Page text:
Carl Cameron has had the last 22 years to think about how the media, and in particular cable news, covers the men and women who run for and hold elected office. Cameron, a Fox News original who announced his retirement from the network on Tuesday, said he has no regrets about his career and loved his time at the network. But he does have some suggestions for how the media can do things differently.
Some of the political coverage issues he has identified: an excessive focus on clashing “personalities” and personnel moves to the detriment of policy debates; excessive “screeching” on the news; and the media aggravating political tensions in a way that turns people off.
“The constant musical chairs at the White House is catnip for political reporters,” he told The Hollywood Reporter in a wide-ranging interview about his career. “The problem with it is that it’s not governance.”
Cameron said he was often forced to lead his stories with the political fight of the day, “because I know that’s what all the competition is going to be doing,” he said. “If I don’t report on it, people will say, ‘Well, Cameron missed that one.'”
Assessing the media landscape more broadly, he said, “There are better ways to tell stories. There are better ways to chronicle the American experience than screeching at each other. And that’s something the networks are learning.”
Cameron, who has been described as the dean of the campaign press corps, said that cable news has a role to play but that it should not be the “be all and the end all” of coverage.
“I’m not throwing rocks at CNN or MSNBC or Fox,” he said. “Collectively, we can all do better. And most of the journalists really want to.”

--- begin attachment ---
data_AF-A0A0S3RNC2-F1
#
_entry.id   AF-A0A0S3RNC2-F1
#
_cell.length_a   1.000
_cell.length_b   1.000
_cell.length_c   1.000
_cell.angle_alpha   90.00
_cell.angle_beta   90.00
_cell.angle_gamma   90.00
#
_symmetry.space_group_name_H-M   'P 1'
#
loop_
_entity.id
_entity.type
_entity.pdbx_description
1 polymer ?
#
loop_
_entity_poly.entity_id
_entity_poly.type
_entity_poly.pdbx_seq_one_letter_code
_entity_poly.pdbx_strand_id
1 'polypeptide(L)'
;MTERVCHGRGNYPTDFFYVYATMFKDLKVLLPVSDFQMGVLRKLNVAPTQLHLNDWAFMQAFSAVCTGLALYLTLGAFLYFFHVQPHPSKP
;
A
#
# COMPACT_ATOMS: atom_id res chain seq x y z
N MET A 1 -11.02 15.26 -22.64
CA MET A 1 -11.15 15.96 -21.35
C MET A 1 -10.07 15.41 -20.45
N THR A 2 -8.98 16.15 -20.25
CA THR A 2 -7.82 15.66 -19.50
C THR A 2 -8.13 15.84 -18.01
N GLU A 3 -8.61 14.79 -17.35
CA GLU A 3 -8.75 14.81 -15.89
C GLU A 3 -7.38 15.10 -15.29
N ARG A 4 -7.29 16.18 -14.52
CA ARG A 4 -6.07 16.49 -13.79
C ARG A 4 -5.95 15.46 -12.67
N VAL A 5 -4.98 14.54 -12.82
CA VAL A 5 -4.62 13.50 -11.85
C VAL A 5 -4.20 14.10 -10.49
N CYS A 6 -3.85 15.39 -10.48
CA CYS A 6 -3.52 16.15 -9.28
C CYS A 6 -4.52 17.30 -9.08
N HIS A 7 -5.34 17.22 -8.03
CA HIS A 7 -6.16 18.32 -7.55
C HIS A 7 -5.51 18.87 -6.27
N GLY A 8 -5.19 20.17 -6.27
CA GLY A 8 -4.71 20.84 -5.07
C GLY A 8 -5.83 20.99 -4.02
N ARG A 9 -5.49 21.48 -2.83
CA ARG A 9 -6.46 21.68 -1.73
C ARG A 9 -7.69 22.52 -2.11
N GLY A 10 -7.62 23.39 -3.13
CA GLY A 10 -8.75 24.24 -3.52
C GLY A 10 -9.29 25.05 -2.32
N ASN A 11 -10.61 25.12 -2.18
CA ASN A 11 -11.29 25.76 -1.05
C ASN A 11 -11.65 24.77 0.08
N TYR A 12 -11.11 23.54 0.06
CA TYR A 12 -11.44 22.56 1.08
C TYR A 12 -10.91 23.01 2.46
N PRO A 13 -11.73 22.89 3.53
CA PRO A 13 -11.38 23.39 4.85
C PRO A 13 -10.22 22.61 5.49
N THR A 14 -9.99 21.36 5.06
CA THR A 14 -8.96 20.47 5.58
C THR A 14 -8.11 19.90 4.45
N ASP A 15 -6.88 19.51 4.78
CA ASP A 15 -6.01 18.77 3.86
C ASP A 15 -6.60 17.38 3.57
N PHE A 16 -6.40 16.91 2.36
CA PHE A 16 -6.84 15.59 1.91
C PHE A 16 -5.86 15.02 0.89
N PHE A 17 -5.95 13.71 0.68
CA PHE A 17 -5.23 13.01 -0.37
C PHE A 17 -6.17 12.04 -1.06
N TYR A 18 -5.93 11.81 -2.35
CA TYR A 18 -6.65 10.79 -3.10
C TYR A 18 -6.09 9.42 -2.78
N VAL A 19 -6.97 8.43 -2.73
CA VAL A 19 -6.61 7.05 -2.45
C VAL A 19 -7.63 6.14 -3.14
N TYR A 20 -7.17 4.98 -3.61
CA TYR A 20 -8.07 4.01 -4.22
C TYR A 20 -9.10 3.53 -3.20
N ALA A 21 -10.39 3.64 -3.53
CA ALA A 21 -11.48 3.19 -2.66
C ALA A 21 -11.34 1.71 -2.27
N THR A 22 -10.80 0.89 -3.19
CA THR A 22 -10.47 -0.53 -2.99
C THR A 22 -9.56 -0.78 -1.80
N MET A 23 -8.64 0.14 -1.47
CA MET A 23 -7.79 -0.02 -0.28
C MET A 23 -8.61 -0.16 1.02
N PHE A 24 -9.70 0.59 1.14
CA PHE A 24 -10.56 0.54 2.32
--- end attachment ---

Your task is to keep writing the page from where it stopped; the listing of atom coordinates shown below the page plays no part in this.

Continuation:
He recounted that back in 1996, when Fox News and MSNBC launched, cynics doubted that the two cable news networks could compete with CNN and said they would be starved for viewers. “Well, that never happened,” he said.
Cameron assessed his own work at Fox News, where he held the title chief political correspondent, by saying that both Democrats and Republicans would say he treated them fairly over the years. “What I was trying to do was give them an honest shake, give them an opportunity to say what they think, explain what their ideas are, and tell us why they should be trusted with our political futures. And that’s being diminished,” he said.
While he’s stepping away from campaign journalism, Cameron said he won’t be disappearing. He said he has “a bunch of irons in the fire,” and might write a book. He also expressed an interest in figuring out a better way for citizens, politicians and the media to have a conversation about the issues that matter. “Somebody has to go out there and find a way to communicate that actually creates a dialogue as oppose to creates a shouting match,” he said.